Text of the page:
>> header field value both contain fragment identifiers. In particular, the
>> semantics of fragment identifiers depend on the representation's media
>> type."
>>
>> ...and thus make it the HTML WG's problem (for text/html)? :-)
> 
> I could live with that. Maybe remove the word "precedence" as it is
> distracting. Maybe cite 3986.
> 
> The reason the spec "does not define" it (which I think is debatable)
> stems from HTTP's incomplete embrace of the
> identification/resource/representation theory in the case of
> redirects. For example:
> 
>    "For 3xx responses, the location SHOULD
>    indicate the server's preferred URI for automatic redirection to the
>    resource."
> 
> More I/R/R friendly might be
> 
>    "For 3xx responses, the location SHOULD
>    identify a resource for which a representation should
>    be obtained."
> 
> The language for 302 and 307 talks about the resource "residing at"
> another URI without defining what "residing" means (especially when
> the Location: URI doesn't use the http: scheme). You could exploit the
> I/R/R theory by observing that the Location: URI actually identifies
> another resource (maybe the same one for a 301, I don't know) and in
> the 302/307 case it's "lending" its "corresponding" representations
> (and redirects) to the first resource. Then you don't have to define
> "resides" and you've defined "redirect" quite clearly and abstractly.
> 
> I wouldn't mind someone arguing that in <div id="d"> foo <div id="b">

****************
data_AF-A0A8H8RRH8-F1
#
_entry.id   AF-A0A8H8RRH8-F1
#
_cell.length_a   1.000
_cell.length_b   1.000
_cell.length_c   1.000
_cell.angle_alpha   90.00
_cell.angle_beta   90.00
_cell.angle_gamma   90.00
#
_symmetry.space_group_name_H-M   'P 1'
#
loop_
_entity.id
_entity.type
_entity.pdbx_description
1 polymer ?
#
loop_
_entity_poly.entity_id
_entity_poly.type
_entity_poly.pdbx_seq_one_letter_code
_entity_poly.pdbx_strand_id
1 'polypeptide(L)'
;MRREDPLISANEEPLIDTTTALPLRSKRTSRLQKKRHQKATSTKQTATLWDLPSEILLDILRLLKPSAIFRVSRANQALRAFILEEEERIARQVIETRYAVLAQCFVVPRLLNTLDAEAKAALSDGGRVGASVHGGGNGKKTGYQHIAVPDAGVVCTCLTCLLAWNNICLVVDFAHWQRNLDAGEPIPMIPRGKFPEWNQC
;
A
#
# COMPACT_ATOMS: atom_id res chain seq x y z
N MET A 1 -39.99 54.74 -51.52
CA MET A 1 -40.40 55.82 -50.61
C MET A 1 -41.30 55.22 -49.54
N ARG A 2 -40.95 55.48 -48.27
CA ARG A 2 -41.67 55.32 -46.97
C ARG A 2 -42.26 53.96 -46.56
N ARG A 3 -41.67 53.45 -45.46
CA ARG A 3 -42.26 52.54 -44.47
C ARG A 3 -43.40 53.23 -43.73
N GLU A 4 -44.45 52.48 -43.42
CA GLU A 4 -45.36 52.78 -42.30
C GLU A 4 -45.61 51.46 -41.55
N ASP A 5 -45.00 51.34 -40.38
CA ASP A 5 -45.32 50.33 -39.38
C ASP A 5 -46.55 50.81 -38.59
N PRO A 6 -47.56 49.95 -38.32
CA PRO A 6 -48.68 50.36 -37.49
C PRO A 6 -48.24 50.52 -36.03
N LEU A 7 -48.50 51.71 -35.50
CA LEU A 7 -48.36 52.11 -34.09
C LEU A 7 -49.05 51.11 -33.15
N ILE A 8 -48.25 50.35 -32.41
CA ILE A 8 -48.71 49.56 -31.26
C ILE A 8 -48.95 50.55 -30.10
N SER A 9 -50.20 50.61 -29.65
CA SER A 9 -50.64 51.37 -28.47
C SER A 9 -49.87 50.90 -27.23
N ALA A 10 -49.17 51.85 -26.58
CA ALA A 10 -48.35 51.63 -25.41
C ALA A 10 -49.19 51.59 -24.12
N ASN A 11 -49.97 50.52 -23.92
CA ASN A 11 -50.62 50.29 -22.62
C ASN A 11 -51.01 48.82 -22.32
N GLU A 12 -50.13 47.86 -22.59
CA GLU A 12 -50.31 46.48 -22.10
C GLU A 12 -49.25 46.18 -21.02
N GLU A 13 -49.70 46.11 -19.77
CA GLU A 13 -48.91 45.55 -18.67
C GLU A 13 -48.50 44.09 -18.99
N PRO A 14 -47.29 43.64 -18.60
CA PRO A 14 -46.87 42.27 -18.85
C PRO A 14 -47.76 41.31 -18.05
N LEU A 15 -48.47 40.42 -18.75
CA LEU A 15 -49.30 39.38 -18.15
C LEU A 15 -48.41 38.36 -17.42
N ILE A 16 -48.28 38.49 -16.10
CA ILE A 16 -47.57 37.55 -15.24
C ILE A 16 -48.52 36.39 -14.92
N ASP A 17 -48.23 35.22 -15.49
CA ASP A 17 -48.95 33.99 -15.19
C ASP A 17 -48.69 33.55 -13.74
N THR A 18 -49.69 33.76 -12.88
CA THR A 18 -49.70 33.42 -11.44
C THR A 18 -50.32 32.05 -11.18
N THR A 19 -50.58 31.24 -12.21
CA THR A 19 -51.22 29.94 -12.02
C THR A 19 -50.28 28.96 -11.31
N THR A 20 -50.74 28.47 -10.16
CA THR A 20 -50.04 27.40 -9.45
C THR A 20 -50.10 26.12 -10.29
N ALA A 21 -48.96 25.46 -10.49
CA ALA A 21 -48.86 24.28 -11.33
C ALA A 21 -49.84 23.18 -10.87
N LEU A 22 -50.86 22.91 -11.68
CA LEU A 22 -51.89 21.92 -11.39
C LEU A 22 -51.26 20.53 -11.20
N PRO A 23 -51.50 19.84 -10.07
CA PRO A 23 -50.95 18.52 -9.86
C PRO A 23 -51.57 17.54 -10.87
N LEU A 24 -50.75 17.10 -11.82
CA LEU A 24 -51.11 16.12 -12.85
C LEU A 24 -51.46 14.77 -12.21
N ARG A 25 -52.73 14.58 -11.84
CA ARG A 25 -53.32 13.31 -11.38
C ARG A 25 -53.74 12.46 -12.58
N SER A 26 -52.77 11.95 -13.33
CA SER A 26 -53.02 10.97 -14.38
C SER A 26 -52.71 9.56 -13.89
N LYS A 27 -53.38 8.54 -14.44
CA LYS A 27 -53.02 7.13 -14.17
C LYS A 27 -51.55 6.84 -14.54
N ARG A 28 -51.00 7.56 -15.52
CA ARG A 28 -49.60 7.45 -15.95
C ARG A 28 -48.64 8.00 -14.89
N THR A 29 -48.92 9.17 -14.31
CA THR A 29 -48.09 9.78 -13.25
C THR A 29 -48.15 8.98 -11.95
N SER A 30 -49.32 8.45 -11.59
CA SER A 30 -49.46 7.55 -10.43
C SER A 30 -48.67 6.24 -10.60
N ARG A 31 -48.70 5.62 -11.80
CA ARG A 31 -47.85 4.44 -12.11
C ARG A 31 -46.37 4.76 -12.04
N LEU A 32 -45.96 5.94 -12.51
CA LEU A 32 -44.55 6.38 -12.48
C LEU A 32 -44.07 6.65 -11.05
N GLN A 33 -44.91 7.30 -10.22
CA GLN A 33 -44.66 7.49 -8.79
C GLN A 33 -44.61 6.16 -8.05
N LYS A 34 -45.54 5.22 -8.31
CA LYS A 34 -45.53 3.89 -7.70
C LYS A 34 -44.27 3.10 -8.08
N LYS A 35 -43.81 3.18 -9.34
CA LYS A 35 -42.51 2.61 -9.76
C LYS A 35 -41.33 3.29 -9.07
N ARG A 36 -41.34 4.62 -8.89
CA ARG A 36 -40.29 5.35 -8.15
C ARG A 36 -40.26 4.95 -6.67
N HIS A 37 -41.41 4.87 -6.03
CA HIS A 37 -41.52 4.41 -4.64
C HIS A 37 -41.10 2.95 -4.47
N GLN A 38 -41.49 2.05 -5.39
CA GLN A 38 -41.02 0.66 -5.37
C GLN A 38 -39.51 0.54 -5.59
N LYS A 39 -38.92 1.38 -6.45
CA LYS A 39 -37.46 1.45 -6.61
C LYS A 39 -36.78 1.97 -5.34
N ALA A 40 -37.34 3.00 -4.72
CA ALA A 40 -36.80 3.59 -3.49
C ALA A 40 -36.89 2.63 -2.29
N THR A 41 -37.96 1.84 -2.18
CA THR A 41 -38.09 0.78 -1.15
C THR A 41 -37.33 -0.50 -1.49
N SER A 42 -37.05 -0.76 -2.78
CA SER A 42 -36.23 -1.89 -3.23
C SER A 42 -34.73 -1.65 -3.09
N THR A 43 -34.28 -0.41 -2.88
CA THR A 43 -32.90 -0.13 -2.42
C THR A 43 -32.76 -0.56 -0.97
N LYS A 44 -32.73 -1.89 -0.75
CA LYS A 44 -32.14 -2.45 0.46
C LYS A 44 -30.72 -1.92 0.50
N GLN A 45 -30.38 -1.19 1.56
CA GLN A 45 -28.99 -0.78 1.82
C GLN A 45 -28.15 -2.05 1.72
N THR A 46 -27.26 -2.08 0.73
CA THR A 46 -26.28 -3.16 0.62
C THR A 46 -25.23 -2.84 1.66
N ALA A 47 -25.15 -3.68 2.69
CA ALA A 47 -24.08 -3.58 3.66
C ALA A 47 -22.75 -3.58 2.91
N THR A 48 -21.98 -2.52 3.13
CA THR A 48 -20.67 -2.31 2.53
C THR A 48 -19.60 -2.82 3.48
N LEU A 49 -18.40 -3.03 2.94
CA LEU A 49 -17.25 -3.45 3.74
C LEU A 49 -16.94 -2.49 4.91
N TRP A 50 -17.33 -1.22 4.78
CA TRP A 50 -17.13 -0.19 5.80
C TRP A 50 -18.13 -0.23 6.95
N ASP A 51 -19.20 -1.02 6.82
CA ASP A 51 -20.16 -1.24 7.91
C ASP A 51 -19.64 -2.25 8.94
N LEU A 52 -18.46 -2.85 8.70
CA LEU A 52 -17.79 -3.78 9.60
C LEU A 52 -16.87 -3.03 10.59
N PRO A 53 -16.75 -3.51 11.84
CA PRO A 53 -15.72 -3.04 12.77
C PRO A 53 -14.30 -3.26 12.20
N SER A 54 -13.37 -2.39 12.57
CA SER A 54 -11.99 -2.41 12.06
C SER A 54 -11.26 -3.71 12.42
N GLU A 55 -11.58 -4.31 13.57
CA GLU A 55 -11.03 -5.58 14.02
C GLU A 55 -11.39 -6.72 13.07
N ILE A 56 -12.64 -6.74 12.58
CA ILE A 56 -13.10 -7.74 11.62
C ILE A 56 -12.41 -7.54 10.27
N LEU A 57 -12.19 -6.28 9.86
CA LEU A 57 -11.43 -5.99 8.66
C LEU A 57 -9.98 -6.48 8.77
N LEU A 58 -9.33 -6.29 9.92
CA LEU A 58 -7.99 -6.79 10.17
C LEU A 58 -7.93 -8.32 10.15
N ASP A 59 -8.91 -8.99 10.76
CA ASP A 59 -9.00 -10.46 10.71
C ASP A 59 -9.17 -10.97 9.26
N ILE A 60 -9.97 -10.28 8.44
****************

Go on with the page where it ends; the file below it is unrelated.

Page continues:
> bar </div> </div> it would make sense to "go" to the div with id="b"
> when http://example.com/a#b redirects to http://example.com/c#d,
> although in an ideal world this would be licensed by the html (xml,
> etc) media type registrations. Heck, I don't really care going to #b
> when the "b" element is outside the "d" element, when what we're
> talking about is classified as an error recovery case. There is some
> theoretical risk that a user could be confused or tricked somehow by
> this behavior, but that would be true for any error recovery behavior,
> including going to the top of the document. Whether this is in the
> purview of HTTP depends on whether one would want to agree on a
> general recovery principle that's independent of HTML. No advice on
> that matter.
> 

Am I correct in thinking that the scope of a URI in the Location header
value has been matched to be anything that can be the target of a
hyperlink (and thus include fragments); whereas the request-target is
scoped to primary resources only as the locating of media-type specific
secondary resources can only correctly be determined by an application
which supports said media-type(s)? (preferably because the media-type
specification itself has indicated how to handle this).

And would this then indicate that the handling of conflicting fragments
between the originally requested hyperlink/uri and any subsequent
hyperlink/uri(s) would also be in the domain of each media-type's
specification (where media-type supports fragments that is).

The above would then bring me back to my original point and question
(which I didn't communicate properly) as follows:

Is HTTP adding in support for something (fragments) which is media-type
specific to an area of the specification (request/response semantics)
which is supposed to be generic across all media-types; and further
requiring adaptation/refining of specifications by media-types to cater
for http functionality; would this be acceptable if it were FTP or any
other protocol?

I'm unsure how to word this without offending or coming across wrong to
be honest - I'm aware that support for fragments in the Location header
already exists and is used; but should it have been there in the first
place?

Finally, are there any notes to say how fragments should be handled when
the media-type doesn't support them (or is this out of scope)?

Many Regards,

Nathan
Received on Friday, 12 March 2010 17:30:21 GMT